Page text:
Categories
technology

Want to try a smart speaker but don’t have the internet?

The tech team at SSW have recognised that some SSW members may wish to experience the benefits of using a smart speaker at home without committing to the initial financial outlay for an internet connection. So, in response to this, we have launched a new service for our members which will allow you to try a smart speaker before you buy. 

How does it work? 

The trial will last for one month during which SSW will cover all costs.  This includes the setup and installation of a smart speaker (an Amazon Echo) and mobile internet. 

What if I already have the internet but just want to try a smart speaker?

The trial is open to those with and without existing internet connections.

What happens after the 1-month trial ends?

After the one month has expired you will need to return the devices or, if you would like to continue with the service, someone from the tech team will go over the internet provider and speaker options available to you.  

 

If you would like to try out a smart speaker on this basis, please get in touch with either Chris or Ali on 01903 235782.

Categories
Advice Health technology

Different ways to enjoy reading with sight loss

by Ali Bates, SSW Tech Advisor

 

One of the consequences of dealing with sight loss is losing the ability to read a regular book. The font can be too small and other issues such as the contrast of the ink and paper and general eye fatigue can create a negative and frustrating experience, resulting in once avid readers giving up reading altogether.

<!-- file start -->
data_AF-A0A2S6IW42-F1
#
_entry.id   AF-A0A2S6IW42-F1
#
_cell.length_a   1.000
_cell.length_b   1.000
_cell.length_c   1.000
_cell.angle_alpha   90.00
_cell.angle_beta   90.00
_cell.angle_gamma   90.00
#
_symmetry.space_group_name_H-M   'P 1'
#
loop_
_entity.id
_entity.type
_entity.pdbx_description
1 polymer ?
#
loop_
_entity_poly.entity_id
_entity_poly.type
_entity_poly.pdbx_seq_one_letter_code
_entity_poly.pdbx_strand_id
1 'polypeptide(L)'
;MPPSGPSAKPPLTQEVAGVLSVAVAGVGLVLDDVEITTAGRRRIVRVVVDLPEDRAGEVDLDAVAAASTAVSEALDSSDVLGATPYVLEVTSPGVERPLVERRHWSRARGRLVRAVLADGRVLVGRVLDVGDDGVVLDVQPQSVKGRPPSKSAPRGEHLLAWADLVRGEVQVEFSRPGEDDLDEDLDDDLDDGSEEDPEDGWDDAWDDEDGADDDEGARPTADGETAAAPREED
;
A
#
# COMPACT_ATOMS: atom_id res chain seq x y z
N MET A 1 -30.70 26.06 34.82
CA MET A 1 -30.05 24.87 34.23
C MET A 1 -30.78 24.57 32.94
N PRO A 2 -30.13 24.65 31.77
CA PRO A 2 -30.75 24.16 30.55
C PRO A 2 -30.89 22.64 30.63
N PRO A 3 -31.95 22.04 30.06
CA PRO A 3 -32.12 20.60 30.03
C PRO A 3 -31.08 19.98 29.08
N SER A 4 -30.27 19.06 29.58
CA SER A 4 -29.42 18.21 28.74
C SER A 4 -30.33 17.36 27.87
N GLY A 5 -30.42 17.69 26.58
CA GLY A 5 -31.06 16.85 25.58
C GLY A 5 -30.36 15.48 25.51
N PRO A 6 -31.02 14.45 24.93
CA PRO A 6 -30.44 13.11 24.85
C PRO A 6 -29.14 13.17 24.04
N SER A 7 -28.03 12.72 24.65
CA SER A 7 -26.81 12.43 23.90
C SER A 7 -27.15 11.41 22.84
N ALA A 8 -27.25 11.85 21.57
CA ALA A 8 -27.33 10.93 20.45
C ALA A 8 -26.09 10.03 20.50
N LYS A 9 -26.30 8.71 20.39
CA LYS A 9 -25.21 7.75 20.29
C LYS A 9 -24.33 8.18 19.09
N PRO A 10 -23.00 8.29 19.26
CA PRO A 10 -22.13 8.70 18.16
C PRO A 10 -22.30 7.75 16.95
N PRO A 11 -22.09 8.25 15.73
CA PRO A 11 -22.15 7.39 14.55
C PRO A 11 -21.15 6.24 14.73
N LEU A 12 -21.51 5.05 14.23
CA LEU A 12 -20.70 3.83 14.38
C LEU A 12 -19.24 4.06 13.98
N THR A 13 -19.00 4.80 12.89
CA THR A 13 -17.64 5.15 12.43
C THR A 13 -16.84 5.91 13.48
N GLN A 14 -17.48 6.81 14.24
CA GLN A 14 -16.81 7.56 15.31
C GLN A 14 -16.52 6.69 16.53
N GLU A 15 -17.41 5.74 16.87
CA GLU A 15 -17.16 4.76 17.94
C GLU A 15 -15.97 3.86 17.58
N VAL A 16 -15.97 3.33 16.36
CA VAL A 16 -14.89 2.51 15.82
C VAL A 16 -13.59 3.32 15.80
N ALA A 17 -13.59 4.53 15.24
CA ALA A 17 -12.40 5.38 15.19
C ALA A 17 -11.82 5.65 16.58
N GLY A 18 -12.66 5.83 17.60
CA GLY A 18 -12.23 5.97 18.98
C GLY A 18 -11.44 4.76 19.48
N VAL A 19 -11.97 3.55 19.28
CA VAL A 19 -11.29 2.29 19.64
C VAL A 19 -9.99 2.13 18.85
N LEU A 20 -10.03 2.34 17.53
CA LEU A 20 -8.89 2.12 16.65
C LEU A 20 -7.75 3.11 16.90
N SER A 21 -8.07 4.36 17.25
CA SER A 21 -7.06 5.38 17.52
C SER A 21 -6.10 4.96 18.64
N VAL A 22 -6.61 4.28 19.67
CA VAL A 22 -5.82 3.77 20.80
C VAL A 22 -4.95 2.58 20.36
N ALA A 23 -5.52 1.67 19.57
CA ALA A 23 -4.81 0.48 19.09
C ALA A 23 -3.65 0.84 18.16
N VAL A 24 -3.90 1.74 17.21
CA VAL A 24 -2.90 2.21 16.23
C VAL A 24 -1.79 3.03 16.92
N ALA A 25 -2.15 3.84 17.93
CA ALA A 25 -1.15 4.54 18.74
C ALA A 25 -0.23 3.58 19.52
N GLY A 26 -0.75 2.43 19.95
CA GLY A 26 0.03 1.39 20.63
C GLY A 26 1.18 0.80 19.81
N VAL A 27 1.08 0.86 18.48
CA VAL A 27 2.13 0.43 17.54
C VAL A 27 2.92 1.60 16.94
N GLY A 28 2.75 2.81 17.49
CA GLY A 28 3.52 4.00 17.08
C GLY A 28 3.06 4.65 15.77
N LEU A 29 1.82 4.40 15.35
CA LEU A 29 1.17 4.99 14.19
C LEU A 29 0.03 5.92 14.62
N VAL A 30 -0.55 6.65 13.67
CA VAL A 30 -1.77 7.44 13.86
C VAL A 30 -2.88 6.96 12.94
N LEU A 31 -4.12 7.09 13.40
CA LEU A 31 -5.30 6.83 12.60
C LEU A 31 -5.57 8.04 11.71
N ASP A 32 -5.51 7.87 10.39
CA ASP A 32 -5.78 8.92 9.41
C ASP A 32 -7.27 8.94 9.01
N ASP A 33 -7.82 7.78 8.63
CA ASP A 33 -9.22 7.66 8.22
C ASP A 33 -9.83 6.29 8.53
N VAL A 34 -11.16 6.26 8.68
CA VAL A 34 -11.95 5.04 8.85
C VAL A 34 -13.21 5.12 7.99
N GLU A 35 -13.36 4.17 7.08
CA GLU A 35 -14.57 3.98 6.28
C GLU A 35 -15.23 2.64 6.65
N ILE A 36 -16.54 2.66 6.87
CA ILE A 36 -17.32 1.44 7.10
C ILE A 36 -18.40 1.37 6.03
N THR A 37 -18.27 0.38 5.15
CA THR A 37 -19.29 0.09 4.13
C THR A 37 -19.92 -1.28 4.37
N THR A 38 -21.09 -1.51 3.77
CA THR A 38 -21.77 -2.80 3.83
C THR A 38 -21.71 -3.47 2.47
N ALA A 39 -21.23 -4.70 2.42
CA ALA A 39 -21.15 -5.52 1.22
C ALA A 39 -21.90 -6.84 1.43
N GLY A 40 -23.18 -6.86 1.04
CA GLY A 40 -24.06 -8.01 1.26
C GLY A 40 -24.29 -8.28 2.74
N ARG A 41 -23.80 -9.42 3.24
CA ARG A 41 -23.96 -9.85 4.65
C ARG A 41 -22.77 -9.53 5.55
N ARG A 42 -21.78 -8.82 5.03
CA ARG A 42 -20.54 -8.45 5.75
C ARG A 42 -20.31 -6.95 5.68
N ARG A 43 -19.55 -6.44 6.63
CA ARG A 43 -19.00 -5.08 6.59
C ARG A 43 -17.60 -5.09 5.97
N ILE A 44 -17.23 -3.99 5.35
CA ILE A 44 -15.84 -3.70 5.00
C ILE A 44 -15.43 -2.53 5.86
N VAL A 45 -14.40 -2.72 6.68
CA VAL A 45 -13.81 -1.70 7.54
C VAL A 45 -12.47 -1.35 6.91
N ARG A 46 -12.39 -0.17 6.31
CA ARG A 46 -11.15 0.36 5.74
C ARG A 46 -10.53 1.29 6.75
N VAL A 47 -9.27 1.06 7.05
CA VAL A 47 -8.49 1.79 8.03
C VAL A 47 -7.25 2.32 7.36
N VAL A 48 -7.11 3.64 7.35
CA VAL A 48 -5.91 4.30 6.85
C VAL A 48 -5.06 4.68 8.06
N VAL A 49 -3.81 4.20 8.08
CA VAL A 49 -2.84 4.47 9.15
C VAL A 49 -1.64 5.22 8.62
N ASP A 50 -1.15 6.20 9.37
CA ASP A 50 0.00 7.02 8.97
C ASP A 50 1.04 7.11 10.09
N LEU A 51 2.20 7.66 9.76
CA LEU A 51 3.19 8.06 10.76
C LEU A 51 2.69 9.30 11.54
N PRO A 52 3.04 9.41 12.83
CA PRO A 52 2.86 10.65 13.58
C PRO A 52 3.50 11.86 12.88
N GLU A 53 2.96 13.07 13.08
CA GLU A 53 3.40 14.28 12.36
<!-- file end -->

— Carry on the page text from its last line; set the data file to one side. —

Thankfully there are many options available to the blind and visually impaired community.

RNIB Talking Books offer their service in a few formats.

You can get your Talking Books by digital download. They have a range of titles available to buy or borrow from their online shop. Take a look here to get started.

You can also get your books through an Alexa-enabled device such as your smart speaker, tablet or phone. Here’s some more information on how to access books through this method.

The RNIB can also send a DAISY CD (one book per disc) or USB stick (three books per stick).

To register for any of these formats, call 0303 123 9999 or email helpline@rnib.org.uk

If you have a library card, as well as being able to borrow large print books and audiobooks, they now have an online service called Libby. Libby is a free to download app available on all Android and iOS devices. It works the same way as a library; you can borrow books and read them on your device, using the settings to adjust the font size and contrast as needed. They also have a library of over 7000 audiobooks available. 

To register for this you need to get a four digit PIN number from your local library which, in conjunction with your library card number, enables you to access the service.

To find Libby in the Android store click here.

To find Libby in the Apple store click here.

There are other digital ways to access books but these do incur a cost:

If you would like help with accessing any of these services, please do get in touch with Ali or Chris, the SSW tech support team. 

Categories
technology

QR codes: what are they and how do you use them?

You may have noticed that a large square has appeared on the SSW news and events newsletters recently with the words ‘Scan Me’ next to it. 

This square is known as a QR Code (Quick Response Code for those that do a crossword or pub quiz) and you may have noticed them around town, on Covid 19 testing materials and in other similar communications.